I was browsing through A December ’69 issue of Life magazine on Google Books and came across the advert above. I don’t think I’ve ever had a Pizza Roll before and wanted to learn more – I didn’t expect to discover the Lone Ranger during my research!
Hi-Ho Pizza Roll indeed! Digging a little deeper I discovered that this very cool commercial was actually aping another much earlier commercial for Lark Cigarettes. This is why you’ll spot a cigarette smoking man near the end!
The creative genius behind the ad, Stan Freberg, worked with Jeno’s on other commercials too!
And again, when adverting frozen pizza!
Looking over the selection at Youtube, I could probably put together an hours’ worth of material just for Jeno’s commercials but I’ll leave you to do that. I’m off to my local supermarket in search of pizza rolls…
Every year on Labor Day I think about all my old jobs and how far I’ve come!
My first official job was at Mazzio’s Pizza in Yukon, Oklahoma. I applied for a job there two days after my sixteenth birthday and got hired at the end of the interview. This was all the way back in the summer of 1989. Minimum wage back then was $3.35 an hour, which was my beginning wage. By the time I left minimum wage had risen to $3.85, and I was making a whopping $4/hour.
I started off washing dishes and busing tables and quickly moved to the kitchen. Although I spent a lot of time making pizzas at the make table, what I was best at was working the cutting table. Whoever works the cutting table is responsible not only for cutting the pizzas but also assembling the orders. That’s typically the person who messed up if your delivery shows up without the breadsticks or with the wrong pizza in the box.
Later I learned how to work the front counter as well. By learning how to work several different positions I found that I could get a lot of hours on the schedule. Some friends of mine and I created the “300 Club.” To be a member of the club you had to earn $300 on one single paycheck. That wasn’t easy to do while making $4/hour and going to high school, but a few of us did it.
I have no idea why I kept this shirt, or more importantly, why I still have it. (God knows it hasn’t fit me in at least 20 years!) The Mazzio’s I worked at is still there although it’s quite different inside. The arcade that once held Tetris, Turbo and a Black Knight pinball table is gone, all of the people working there are now half my age, and all of the pizzas they sell there are now twice the size. Do you remember when you could get two medium price buster pizzas from Mazzio’s for only $9.99?
When I was a young, Chuck E. Cheese was targeted for a demographic that was older than me and I loved it. Then when I got older they skewed younger and younger until it lost is relevancy for me at about age 12. Still, their was a time when seeing this commercial would trigger a wave of tearful begging that no mother could resist. If I kept it up for a week or so, we would drive up to the Willowbrook Mall in Wayne, NJ and I would hardly be able to contain myself as we pulled into the Chuck E Cheese parking lot. 3 Slices, 2 sodas and 16 video games later I could be found sound asleep in the ball pit, dreaming of my next visit.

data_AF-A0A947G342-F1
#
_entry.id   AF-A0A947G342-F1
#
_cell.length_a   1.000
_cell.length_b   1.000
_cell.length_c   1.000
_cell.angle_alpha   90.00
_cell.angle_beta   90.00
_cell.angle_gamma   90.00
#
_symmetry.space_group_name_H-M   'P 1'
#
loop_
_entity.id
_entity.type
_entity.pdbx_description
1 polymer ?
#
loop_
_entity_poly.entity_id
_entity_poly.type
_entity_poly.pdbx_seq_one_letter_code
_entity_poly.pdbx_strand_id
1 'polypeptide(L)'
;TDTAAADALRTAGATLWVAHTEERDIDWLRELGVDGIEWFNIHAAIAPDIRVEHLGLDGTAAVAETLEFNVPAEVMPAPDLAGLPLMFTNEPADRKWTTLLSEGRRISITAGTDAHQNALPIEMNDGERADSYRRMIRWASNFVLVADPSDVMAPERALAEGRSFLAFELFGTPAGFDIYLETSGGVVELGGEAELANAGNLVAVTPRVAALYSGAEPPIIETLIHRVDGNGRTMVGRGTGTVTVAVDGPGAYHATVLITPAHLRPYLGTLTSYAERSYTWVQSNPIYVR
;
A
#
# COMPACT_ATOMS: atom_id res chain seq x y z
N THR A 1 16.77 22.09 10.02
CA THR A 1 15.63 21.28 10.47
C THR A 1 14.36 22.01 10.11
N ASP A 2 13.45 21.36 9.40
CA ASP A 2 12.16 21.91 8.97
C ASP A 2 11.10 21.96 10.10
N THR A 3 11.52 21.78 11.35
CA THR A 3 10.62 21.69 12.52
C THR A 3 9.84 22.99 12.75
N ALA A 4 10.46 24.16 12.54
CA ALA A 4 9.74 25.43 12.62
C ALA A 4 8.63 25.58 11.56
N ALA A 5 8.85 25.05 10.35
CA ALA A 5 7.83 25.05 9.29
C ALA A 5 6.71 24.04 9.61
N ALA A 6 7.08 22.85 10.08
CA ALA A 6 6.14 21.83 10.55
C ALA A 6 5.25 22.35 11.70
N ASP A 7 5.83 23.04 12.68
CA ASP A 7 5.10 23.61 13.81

If you grew up in the 80s like I did, you’ll remember that Chuck E. Cheese once looked like this:
The earliest version of Chuck E. Cheese can be identified by his red and yellow color scheme, and his “rat-like” facial features including the elongated snout. There are several different versions of the early “Chuck,” but they all pretty much look like this.
In the mid-90s, Chuck received his first big makeover. His trademark derby was replaced with a baseball cap, and his red and yellow color scheme was updated to a funkier purple and green. The 90s were a very funky time. For all the things this version of Chuck E. Cheese gained, he lost at least one thing — his tail. (Some early versions of Chuck E. Cheese also had a cigar; he lost that, too.)
This version of Chuck E. Cheese has been in use from the mid-90s until this month (July, 2012), when the restaurant (in response to sliding restaurant sales) introduced a newer, even more hip version of “the Chuckster.” Ladies and Gentlemen, I present to you “Gen 3” Chuck E. Cheese.
As you can see, the hat’s completely gone now. While the first generation Chuck E. Cheese was often shown sporting a cane, this one’s rocking a Gibson guitar. In a coolness battle between walking canes and guitars, I guess I would go with the guitar. The purple and green color scheme is still there on the shirt. I don’t remember what kind of shoes Chuck originally wore (I’m pretty sure he’s barefoot in some of the collectibles I own), but now he’s rockin’ a pair of red Converse shoes. Oh, and the tail’s back.
Chuck E. Cheese’s latest makeover comes along with a voice change. The new Chuck is voiced by Jaret Reddick, lead singer of the band Bowling for Soup. Reddick has already lent his voice to one Chuck E. Cheese song (“Chuck’s Hot New Single”), so maybe along with pizza and video games, Chuck will make his way onto the pop charts as well.
For a bit more information about the origins of the Chuck E. Cheese character, check out the history over at ShowbizPizza.com.